An effective peer review should provide instructors with evaluative and actionable feedback on their teaching and be a valuable supplementary piece of evidence when assessing a faculty members teaching effectiveness in the merit and promotion process.
When you agree to conduct a peer evaluation of teaching a 3-4 hour commitment is appropriate. You may find a sample review form to be a helpful start. We have linked several below, and they can be adjusted to suit the needs of each course–obviously, a studio art class would need a different rubric than a large engineering lecture or a language course.
An evaluation done early in the quarter (such as week 3 or 4) is most helpful as it provides feedback the faculty can use to adjust the course as appropriate.
Conduct a pre-observation meeting
Ideally the reviewer will ask the instructor to recommend a specific class to attend and will meet with the instructor at least a week before the observation. It is often helpful for the reviewer to create a pre-observation list of topics (see sample form below) in order to get some context for the observation. This is also a good time to ask for a copy of the course syllabus, gain access to the course website, and/or discuss any other information pertinent to the day’s lesson.
Reviewer can share the peer review rubric or form they will be using. Reviewer may also want to ask if there are particular issues, concerns, or behaviors on the instructor wants feedback. For smaller classes where a newcomer’s presence is likely to be noticed, the instructor may want to explain who the individual is and why s/he is there (i.e., “I want to help you to learn as much as I can; my colleague is here to give me some feedback on how I might enhance your learning.”)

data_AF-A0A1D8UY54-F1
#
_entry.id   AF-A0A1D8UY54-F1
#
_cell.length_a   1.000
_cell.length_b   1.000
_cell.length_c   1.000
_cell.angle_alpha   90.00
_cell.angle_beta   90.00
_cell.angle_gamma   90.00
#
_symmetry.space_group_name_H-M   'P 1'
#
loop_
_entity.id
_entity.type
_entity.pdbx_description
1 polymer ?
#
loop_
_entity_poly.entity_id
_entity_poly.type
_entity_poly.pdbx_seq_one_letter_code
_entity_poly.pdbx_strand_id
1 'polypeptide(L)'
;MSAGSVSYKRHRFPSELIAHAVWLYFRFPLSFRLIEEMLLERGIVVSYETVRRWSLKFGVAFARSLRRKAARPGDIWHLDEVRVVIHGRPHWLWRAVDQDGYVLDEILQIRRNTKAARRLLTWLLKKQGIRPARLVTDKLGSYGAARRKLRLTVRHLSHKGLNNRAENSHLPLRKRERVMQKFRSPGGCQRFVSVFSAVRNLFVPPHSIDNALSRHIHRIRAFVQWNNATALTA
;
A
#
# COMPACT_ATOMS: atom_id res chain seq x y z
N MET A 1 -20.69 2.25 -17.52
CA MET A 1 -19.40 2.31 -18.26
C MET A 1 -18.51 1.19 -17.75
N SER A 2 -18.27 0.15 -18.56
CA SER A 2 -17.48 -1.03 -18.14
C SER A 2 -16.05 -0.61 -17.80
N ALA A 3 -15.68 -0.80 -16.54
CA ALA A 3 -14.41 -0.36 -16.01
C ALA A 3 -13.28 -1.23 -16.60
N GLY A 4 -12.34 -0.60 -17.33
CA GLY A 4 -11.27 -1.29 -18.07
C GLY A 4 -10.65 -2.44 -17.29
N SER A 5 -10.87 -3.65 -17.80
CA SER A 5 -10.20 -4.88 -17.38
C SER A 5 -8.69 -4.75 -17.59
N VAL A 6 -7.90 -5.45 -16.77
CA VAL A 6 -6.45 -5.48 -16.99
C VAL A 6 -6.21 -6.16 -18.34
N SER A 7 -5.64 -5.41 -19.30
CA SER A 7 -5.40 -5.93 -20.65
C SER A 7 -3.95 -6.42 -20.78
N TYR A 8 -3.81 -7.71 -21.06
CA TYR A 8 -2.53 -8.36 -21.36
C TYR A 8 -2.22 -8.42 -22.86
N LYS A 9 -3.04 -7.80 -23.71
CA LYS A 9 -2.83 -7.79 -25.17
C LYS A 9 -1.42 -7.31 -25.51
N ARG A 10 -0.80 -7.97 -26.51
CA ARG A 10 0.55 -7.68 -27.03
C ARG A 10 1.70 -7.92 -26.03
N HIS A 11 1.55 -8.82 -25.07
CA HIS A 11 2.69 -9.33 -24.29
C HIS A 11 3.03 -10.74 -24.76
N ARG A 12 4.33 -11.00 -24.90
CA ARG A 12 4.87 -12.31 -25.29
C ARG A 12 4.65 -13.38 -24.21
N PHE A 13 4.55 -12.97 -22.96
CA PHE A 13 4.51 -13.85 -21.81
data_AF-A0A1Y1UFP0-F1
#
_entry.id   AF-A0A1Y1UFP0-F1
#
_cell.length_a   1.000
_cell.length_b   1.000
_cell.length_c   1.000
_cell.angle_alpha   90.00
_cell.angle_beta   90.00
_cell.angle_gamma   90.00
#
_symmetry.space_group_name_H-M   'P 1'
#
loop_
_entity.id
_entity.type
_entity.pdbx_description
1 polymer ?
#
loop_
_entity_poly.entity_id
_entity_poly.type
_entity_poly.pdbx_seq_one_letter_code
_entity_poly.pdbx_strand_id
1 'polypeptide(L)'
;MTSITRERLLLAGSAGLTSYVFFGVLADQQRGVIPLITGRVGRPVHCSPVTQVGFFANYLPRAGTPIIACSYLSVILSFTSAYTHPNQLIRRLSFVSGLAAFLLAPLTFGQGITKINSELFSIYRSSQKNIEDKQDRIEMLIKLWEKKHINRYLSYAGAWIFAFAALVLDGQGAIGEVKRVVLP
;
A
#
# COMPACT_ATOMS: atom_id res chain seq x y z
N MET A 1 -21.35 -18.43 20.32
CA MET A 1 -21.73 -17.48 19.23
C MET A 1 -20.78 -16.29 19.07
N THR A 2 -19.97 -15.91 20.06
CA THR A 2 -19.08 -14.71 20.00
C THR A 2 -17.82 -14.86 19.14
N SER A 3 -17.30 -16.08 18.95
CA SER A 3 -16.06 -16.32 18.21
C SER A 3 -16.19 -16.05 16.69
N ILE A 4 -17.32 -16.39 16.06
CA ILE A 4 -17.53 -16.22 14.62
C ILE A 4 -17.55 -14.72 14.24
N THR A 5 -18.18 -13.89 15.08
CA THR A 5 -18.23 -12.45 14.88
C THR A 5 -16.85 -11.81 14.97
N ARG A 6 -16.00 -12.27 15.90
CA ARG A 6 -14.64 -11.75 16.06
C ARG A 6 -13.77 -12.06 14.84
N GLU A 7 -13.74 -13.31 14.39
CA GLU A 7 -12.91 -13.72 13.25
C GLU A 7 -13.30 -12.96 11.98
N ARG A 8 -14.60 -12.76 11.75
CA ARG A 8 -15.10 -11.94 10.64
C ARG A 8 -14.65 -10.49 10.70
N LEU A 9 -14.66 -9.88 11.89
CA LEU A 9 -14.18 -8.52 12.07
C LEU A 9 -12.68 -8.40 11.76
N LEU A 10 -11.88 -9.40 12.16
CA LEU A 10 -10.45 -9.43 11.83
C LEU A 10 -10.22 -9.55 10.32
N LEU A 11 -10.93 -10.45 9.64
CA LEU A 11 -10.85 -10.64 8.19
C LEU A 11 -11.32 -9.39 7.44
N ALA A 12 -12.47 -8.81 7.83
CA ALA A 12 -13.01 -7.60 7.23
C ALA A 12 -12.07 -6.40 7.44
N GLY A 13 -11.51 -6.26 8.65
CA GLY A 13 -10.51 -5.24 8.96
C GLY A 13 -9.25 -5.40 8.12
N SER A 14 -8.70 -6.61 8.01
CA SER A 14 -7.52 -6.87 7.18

Carry out the observation
The reviewer should take notes during an observation. Observable behaviors (both the instructors’ and students’), as well as concrete examples are the most helpful. The reviewer can include any analysis, evaluation along with observations as time permits.
Conduct a post-observation meeting
Timely feedback is the most useful (within a week of the observation). Ideally the reviewer should:
- provide feedback on issues the instructor was particularly interested in
- give examples of teaching elements done well
- give feedback that is actionable (such as speaking more clearly, or increasing opportunities for student discussion or practice)
- ask for clarification about anything that was confusing
The focus is not primarily on the content of the course, but whether the content is taught in a way that maximizes student learning and is equitable to all students.
Write a summary and response
Reviewer: The reviewer should write up and send the instructor a summary of the evaluation that describes the organization of the course, observations of teaching choices that worked well, and suggestions of activities that might be improved.
Instructor: Ask the instructor to prepare a short response to the summary, ideally after additional teaching has occurred where they have attempted to make changes. Their response should address 1-3 points from the summary that they either changed in the course immediately (such as pausing longer in order to allow student questions) or that they plan to make in the next iteration of the course (such as providing a reading quiz each week to increase student preparation).
Submit the evaluator summary and your response
For submission for merit or promotion, the instructor can upload the evaluator summary and the instructor response as one document.
- Similar instructions from a UCI Department
- Pre-observation meeting agenda
- Simple observation form for handwritten notes
- Good teaching checklist (to get ideas about specific behaviors to look for)
- Sample summary from University of Michigan.